Create a free Industrial Equipment News account to continue

Ohio Wants GM to Pay Back $60 Million

GM called the request "inconsistent."


When General Motors shut down its assembly plant in Lordstown, Ohio, it created turmoil for the local economy. As the final Chevy Cruze rolled off the assembly line in March 2019, about 1,700 workers lost their jobs. 

According to the AP, Ohio officials may force GM to repay $60 million it received in tax breaks. The incentives were part of an economic development deal that was contingent on the plant operating through 2027.

As the state tries to recoup the money, the situation is murky.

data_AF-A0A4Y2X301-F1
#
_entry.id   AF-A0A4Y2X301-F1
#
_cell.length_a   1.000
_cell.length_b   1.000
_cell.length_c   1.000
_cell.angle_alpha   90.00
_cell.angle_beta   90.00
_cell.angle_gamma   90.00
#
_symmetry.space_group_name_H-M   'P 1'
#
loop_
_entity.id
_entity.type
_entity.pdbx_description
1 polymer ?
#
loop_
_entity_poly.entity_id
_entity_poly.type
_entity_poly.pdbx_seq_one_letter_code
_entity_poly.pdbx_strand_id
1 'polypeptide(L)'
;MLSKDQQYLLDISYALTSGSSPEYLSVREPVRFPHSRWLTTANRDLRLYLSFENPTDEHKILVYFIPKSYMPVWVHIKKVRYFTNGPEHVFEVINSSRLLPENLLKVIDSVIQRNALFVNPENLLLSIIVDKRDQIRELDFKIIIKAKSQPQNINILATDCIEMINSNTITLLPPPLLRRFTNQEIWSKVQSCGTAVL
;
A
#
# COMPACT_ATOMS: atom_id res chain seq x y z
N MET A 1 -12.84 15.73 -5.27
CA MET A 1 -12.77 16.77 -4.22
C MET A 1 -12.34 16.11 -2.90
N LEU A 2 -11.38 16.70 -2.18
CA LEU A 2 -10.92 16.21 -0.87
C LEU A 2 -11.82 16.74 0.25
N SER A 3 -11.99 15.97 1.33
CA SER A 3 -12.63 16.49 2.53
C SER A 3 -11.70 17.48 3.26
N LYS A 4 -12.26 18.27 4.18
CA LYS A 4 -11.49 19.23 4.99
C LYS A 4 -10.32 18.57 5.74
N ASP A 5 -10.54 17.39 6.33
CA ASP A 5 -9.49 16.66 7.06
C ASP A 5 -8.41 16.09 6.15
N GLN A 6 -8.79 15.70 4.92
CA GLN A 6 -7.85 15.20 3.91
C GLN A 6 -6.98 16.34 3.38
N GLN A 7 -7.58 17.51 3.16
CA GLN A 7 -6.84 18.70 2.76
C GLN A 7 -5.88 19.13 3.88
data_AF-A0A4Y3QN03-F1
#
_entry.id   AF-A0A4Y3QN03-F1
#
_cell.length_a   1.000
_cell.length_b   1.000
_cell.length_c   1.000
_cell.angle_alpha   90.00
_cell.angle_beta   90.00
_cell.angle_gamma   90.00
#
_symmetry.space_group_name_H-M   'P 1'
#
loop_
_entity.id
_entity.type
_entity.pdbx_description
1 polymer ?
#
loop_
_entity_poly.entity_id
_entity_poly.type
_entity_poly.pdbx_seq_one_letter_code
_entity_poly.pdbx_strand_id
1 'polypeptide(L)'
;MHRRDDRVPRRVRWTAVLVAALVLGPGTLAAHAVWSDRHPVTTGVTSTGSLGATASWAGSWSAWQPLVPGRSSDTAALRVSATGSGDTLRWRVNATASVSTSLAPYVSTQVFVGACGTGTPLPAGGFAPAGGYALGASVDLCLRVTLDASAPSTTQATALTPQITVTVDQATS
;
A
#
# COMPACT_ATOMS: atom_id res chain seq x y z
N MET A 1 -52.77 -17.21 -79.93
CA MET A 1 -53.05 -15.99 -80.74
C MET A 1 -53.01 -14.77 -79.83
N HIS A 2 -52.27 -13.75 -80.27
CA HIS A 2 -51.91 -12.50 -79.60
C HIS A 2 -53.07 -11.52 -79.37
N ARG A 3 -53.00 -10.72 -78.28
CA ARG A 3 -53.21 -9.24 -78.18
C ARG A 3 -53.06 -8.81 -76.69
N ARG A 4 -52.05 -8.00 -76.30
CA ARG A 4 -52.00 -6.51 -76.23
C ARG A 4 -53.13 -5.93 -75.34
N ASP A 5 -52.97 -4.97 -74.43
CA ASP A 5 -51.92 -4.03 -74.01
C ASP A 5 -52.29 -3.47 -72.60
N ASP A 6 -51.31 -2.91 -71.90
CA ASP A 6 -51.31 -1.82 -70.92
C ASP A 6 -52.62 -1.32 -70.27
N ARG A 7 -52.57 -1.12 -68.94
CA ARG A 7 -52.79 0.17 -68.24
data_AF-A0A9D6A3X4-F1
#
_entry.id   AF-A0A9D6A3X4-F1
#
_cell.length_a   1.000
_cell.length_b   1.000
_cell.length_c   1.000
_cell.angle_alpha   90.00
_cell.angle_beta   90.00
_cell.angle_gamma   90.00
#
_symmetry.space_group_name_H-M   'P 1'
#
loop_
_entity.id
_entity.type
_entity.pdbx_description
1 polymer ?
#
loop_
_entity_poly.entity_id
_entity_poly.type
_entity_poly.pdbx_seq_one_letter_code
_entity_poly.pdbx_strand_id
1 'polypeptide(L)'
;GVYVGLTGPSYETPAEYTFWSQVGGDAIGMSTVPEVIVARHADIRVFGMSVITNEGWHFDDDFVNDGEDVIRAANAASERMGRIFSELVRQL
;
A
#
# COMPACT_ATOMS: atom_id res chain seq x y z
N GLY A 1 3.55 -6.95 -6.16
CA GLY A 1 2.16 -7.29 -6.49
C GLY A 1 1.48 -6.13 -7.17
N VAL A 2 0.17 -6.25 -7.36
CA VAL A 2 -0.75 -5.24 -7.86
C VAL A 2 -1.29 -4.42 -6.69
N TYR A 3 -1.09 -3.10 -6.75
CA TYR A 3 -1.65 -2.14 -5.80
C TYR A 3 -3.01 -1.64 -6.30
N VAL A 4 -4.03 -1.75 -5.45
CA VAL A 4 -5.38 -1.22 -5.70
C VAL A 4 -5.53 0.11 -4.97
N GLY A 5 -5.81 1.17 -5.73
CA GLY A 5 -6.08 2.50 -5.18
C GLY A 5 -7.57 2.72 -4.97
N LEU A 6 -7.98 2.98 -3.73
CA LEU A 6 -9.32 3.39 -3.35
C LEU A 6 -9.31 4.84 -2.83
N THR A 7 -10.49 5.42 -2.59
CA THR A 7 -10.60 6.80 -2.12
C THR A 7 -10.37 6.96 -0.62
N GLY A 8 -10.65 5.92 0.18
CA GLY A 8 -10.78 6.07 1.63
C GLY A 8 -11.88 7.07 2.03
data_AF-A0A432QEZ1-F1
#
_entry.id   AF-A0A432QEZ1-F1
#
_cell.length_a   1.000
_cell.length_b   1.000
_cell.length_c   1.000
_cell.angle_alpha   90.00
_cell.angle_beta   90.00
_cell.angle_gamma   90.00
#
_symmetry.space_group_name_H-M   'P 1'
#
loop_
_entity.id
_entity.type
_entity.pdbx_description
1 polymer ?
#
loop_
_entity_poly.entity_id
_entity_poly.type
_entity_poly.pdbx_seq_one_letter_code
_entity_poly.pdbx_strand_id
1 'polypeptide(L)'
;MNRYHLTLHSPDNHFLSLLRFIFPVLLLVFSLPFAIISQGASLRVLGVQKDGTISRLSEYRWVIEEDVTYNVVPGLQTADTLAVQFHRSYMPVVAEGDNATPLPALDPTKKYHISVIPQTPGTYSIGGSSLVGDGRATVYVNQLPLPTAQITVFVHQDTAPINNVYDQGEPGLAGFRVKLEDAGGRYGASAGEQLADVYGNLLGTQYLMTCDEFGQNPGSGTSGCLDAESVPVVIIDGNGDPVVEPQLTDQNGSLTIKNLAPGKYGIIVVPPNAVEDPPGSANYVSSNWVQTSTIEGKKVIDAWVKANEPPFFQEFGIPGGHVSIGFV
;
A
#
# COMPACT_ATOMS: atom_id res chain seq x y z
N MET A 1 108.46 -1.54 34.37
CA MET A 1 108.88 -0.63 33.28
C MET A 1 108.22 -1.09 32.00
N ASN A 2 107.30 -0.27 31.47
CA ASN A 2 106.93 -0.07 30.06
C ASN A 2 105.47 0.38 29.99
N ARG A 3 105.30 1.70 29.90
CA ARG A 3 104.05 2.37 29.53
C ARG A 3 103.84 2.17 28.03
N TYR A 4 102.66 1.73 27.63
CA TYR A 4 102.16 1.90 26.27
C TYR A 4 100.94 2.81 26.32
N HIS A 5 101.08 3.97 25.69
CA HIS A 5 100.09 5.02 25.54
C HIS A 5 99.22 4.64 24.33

While GM shut down the assembly plant, it now plans to build a new $2.3 billion electric vehicle battery plant near the old facility. 

The plant is part of a joint venture with LG Chem, and will add about 1,100 new jobs. The old plant once employed 4,500 people. 

GM also agreed to loan $40 million to a newly formed company that plans to make electric pickup trucks at the old assembly plant.

In a statement, GM said “a repayment of the tax credits would be inconsistent with our significant manufacturing presence in Ohio."

More in Operations